By Marge Lamberte, Rotary Club Parañaque Metro
When one hears an ambulance, what comes to mind? When a road accident occurs, what number do you have to call? When a child is choking, whom do you call? When a family member is having a heart attack or a stroke or when a child has a seizure, who can appropriately respond? Every second counts, yet we are not aware of whom to call.
What is the difference among paramedic, emergency medical technician and emergency first responder? Can any driver be an ambulance driver? Can any volunteer provide emergency medical services (EMS)? Can nurses serve as paramedics? Are they supposed to be licensed first? Who certifies the EMS practitioners? Shouldn’t they be operating under medical supervision? What’s their communication link to the nearest hospital? They save lives, yet nobody seems to care.
What is that shabby looking “ambulance” doing in the accident scene? Oh, it is not an ambulance; it’s a funeral parlor vehicle!
What is the protocol when there is more than one emergency responder? Who is the lead government agency? While saving lives is everybody’s concern, can a Good Samaritan get in trouble when trying to help a victim?
This was the state of EMS three years ago — embryonic, fragmented, ill-equipped, and unrecognized. If not for the series of natural disasters in the world and the passage of a disaster risk reduction law in the Philippines, the EMS practitioner would have gone unnoticed and ambulances would have remained scarce.
After graduating 33 EMS scholars, building the first ambulance simulator for competency assessment that introduces the Observance of EMS Week in the Philippines, it is now time to pass a law on EMS Practice. There is a strong need to heighten public awareness on the need for a community-supported seamless quality EMS that will serve the haves and the have-nots and position the Philippines as the best medical tourism destination.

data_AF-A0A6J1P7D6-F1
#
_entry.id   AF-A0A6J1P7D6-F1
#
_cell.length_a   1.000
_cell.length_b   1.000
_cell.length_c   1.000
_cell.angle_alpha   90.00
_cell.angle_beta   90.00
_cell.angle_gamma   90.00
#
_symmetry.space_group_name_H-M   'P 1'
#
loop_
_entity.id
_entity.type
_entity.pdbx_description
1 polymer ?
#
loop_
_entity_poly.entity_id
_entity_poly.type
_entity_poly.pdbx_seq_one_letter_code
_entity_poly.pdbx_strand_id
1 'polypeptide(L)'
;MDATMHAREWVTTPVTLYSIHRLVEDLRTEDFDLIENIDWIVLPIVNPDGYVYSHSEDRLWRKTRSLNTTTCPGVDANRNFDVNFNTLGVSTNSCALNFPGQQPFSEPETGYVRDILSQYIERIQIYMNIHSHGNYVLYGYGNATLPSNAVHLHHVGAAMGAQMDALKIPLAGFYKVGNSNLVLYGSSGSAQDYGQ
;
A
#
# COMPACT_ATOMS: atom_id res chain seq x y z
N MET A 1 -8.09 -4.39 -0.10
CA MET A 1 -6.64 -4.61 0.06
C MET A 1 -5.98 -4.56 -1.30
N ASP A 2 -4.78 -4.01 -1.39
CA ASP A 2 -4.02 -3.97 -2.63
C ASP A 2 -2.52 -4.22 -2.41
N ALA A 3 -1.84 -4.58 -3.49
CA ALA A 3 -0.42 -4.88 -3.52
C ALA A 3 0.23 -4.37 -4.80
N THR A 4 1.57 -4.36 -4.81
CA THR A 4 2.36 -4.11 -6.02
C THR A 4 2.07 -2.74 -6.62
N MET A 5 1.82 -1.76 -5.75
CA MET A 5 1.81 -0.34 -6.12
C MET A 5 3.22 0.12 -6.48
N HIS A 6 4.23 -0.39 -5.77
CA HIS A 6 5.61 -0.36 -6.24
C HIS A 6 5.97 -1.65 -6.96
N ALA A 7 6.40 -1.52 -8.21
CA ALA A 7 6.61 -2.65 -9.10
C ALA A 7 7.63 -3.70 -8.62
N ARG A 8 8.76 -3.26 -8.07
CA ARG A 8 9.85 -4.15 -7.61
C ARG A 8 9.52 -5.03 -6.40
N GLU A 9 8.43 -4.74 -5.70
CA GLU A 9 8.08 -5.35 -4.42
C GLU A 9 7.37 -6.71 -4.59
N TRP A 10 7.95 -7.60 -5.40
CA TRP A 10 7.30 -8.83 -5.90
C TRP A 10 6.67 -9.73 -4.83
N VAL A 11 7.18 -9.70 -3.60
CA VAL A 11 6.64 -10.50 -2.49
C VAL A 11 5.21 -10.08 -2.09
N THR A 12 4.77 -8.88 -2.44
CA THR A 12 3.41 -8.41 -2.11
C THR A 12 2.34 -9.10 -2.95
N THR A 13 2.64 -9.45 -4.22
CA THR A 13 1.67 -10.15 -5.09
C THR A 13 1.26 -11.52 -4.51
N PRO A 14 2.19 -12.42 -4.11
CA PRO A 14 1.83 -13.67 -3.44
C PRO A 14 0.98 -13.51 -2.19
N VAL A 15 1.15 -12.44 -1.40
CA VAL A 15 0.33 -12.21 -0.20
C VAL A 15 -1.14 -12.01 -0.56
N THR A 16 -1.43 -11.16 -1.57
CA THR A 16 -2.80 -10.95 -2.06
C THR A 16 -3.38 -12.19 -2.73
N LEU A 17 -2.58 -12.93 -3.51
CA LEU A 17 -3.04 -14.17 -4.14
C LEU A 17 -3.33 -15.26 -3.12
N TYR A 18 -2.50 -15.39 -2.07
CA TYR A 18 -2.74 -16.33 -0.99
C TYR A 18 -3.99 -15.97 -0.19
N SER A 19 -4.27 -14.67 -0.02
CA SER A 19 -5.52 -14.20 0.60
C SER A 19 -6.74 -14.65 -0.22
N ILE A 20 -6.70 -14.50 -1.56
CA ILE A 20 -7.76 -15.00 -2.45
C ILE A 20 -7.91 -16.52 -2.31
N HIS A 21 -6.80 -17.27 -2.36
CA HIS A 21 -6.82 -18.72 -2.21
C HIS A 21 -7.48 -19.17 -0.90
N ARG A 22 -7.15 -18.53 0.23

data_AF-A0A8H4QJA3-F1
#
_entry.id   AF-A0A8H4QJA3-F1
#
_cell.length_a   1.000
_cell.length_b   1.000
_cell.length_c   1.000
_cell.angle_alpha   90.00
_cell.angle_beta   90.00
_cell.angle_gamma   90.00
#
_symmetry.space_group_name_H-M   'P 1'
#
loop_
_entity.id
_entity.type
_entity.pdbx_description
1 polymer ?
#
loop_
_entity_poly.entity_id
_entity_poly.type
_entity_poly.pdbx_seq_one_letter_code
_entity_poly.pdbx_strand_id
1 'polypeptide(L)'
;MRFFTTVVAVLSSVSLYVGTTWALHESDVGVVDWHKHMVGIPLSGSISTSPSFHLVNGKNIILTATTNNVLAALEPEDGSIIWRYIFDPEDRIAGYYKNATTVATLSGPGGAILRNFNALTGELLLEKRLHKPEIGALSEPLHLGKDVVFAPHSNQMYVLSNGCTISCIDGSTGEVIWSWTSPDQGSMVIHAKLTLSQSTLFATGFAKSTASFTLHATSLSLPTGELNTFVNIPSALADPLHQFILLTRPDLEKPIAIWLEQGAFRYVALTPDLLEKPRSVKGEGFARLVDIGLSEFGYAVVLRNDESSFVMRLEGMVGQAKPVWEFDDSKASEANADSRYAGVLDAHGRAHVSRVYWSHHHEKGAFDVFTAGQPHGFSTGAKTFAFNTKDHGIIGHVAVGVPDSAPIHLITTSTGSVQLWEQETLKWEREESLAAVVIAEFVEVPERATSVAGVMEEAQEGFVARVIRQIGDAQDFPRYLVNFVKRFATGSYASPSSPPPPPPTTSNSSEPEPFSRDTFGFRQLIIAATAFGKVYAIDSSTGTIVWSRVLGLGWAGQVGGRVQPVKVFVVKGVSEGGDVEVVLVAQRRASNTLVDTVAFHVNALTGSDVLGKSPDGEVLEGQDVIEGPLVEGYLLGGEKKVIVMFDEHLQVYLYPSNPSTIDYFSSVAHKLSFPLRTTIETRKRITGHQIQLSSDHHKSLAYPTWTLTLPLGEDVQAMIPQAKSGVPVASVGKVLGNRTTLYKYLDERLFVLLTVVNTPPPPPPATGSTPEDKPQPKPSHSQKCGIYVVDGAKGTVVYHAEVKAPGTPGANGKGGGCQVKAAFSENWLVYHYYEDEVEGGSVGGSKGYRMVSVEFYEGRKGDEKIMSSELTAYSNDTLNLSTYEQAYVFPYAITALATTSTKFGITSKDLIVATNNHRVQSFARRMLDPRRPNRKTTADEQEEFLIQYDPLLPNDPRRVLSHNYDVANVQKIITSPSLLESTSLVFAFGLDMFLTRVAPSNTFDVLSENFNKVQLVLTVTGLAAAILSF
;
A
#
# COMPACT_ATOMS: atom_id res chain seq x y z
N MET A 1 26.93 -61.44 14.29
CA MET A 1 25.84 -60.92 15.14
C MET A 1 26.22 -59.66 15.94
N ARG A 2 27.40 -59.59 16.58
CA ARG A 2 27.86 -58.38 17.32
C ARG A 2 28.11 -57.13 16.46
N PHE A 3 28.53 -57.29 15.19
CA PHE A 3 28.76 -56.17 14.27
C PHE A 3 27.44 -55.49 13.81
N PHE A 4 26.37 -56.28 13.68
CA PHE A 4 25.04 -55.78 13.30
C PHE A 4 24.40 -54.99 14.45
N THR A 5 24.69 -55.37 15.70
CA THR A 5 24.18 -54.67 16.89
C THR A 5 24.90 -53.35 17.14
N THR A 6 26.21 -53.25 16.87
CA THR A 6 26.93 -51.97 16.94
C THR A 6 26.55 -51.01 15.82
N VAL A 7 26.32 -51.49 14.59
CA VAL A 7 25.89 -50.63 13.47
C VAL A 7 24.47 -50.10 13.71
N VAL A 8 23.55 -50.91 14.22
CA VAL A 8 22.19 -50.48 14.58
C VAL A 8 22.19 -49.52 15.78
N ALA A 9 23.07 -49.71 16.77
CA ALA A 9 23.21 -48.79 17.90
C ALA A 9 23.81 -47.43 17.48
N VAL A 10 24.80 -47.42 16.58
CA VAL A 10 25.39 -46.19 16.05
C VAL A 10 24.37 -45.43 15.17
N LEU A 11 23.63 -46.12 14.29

These are just some of the issues that will be addressed during the 3rd EMS Summit on May 23, 2012, from 8 a.m. to 3 p.m. at the Women’s Center of the Technical Education and Skills Development Authority (TESDA) in Taguig City.
The Summit is initiated by the Rotary Club Parañaque Metro, Rotary Club Parañaque Midtown, Rotary Club Sussex Vale, Rotary International District 3620 South Korea, The Rotary Foundation, in cooperation with Philippine International EMS Registry, Bureau of Fire Protection and Technical Education and Skills Development Authority (TESDA).
The various activities during the EMS week such as basic life support training, blood donation, fun run, and motorcade are collaborative efforts of Prompt Care Learning Center, Inc., City of San Fernando in Pampanga, Barangay San Antonio in Pasig, Angono Municipal Disaster Risk Reduction and Management Council, Parañaque City DRRMO, Philippine Heart Association, Philippine Red Cross- Rizal Chapter, NERA and Philippine Coast Guard Auxiliary. SecurityMatters, Rotary in Action and Rescue 5 serve as media partners.